Thus says the BBC’s China correspondent in a story linked from the BBC’s front page today. When Trump raised it, it was poisonous disinformation. Now Biden is raising it, the BBC is treating it with more respect.

What the Bashir story revealed about how far the BBC would go should not have surprised me – but did. By contrast, the only surprising thing about this revelation is that they admit it. (So give a little credit where a very little credit is due. Others in the MSM will pretend that “new evidence now indicates what only an absurdist like Trump would believe last year”, or take the even easier line, already much used with masks, of silently implying that Oceania has always been at war with Eastasia.)

Meanwhile, of course, ‘our’ BBC will continue to insist that just because they forge bank statements to pretend their fake news is true, that doesn’t mean that we can forge bank statements to pretend we’ve paid their licence fee. And while the beeb take the lab-leak theory seriously now that Biden does, I think that even if Biden were to come out with another gaffe-boast about having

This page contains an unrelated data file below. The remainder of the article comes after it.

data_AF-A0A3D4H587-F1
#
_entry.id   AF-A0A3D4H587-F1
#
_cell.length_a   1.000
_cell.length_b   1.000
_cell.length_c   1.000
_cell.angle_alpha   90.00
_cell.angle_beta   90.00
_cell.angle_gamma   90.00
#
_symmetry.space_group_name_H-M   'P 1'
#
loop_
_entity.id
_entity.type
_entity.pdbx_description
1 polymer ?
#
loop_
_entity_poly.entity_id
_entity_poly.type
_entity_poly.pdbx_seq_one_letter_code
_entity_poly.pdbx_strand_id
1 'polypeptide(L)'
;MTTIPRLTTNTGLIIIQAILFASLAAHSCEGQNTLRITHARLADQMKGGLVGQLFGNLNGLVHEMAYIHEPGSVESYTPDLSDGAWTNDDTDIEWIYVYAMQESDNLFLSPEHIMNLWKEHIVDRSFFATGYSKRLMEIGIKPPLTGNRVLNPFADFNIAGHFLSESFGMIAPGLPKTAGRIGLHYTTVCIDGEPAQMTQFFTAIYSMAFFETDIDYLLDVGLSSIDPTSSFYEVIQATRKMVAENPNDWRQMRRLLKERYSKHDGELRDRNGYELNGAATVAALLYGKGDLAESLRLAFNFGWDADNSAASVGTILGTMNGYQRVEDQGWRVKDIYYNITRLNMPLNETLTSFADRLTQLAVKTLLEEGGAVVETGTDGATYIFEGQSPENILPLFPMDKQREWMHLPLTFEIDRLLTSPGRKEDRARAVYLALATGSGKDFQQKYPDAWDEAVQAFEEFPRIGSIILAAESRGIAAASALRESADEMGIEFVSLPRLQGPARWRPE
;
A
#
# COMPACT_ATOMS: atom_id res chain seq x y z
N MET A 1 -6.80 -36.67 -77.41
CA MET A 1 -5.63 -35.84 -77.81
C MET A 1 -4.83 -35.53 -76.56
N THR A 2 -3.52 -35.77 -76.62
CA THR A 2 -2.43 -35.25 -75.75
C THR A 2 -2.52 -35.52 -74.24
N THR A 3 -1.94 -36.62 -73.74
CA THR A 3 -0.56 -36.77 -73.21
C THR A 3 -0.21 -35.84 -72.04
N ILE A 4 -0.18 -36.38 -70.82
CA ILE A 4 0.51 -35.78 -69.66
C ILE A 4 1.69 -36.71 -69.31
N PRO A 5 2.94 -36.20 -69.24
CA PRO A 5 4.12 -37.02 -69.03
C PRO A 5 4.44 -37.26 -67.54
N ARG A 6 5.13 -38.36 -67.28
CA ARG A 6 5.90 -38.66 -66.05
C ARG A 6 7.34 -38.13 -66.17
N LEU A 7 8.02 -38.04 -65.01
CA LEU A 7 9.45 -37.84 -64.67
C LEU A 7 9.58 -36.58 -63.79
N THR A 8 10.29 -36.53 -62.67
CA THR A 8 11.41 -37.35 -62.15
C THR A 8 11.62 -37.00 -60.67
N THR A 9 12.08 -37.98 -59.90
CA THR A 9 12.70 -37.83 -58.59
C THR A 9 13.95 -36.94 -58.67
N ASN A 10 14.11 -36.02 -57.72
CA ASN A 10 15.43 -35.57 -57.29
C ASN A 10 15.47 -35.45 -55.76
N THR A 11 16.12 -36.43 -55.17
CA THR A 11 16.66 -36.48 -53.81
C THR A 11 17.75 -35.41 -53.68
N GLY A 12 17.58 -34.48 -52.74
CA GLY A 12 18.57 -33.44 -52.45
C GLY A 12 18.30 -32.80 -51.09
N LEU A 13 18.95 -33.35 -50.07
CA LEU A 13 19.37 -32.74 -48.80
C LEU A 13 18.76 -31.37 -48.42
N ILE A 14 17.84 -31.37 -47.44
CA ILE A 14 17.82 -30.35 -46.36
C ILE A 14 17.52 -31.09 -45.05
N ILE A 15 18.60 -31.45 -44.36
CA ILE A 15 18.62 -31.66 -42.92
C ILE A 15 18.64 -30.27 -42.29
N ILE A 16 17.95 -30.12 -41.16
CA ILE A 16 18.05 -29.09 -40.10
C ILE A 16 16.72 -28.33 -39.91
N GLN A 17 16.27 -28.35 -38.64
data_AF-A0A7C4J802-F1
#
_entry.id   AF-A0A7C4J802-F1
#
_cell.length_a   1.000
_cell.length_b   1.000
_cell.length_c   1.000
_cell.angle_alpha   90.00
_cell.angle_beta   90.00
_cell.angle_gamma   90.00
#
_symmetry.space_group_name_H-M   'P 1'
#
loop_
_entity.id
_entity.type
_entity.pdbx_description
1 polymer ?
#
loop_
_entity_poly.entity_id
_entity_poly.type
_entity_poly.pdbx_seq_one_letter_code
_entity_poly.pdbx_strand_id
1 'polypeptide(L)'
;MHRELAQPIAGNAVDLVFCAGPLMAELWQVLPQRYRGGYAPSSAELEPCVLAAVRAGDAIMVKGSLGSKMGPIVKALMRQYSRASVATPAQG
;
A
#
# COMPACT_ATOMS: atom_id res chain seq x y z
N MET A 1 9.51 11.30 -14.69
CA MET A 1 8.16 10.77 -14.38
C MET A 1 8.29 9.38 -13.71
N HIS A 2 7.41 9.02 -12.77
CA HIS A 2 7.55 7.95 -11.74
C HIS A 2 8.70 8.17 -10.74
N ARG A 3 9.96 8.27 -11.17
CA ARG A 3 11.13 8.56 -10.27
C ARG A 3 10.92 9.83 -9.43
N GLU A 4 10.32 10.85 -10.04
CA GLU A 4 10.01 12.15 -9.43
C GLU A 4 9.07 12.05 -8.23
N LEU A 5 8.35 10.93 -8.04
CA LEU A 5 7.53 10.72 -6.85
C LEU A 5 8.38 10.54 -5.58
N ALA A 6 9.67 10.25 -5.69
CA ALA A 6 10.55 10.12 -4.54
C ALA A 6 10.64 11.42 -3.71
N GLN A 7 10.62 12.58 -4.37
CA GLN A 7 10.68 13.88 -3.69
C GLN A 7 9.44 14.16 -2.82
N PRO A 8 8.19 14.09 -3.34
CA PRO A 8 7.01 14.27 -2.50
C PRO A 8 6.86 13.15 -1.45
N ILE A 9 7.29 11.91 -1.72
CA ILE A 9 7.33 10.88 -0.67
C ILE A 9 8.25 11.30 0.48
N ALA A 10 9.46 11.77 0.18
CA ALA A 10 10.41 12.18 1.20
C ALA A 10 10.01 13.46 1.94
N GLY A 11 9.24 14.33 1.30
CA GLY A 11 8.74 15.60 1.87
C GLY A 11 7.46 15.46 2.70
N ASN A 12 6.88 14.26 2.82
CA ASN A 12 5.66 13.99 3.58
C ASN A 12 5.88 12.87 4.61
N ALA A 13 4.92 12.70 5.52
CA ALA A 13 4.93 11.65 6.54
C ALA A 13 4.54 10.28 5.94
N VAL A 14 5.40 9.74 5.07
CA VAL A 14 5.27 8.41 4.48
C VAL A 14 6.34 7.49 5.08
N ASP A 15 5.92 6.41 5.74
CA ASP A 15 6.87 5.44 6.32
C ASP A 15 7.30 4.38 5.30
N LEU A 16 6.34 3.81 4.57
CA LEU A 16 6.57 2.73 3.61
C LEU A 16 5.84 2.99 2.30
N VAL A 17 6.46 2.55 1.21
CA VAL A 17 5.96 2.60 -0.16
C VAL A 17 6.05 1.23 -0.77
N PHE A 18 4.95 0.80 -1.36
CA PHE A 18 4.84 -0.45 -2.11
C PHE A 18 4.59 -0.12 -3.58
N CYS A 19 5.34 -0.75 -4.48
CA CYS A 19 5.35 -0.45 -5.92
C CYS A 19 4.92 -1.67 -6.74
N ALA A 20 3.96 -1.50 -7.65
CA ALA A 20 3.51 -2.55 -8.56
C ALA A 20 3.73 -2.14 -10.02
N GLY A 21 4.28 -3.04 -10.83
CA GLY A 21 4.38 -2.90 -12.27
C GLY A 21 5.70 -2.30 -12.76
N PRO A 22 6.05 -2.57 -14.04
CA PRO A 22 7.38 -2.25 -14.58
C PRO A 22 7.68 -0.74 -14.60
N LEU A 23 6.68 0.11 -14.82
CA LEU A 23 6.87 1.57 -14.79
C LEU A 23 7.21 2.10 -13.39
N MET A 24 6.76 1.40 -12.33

“the most extensive and inclusive voter fraud organisation in the history of US politics”

the BBC would not become a jot less derisive of Trump’s theory about that. No experience of the failure of their reporting seems to shake the BBC’s faith in its essential excellence.

Samizdata quote of the day

Not that I’d want to make this a hard diagnosis but much of the vague lefty wibble that used to infest economics has moved over into anthropology. I assume because economists have had to actually accept the real world evidence of the world out there getting richer, of lives getting better. You know, all those pretensions to being a science and thus testing hypotheses.

That one’s difficult to explain by the idea that socialism makes the people rich for example.

So, the woo is relegated to anthropology, where actual facts aren’t quite so important.

Tim Worstall

The point is that anyone can do this to anyone

Don’t like what someone says on social media? Don’t worry, with just one phone call you can arrange for whoever said it to have to tell their autistic kids that mummy has to go away and doesn’t know when she’ll be allowed to come back.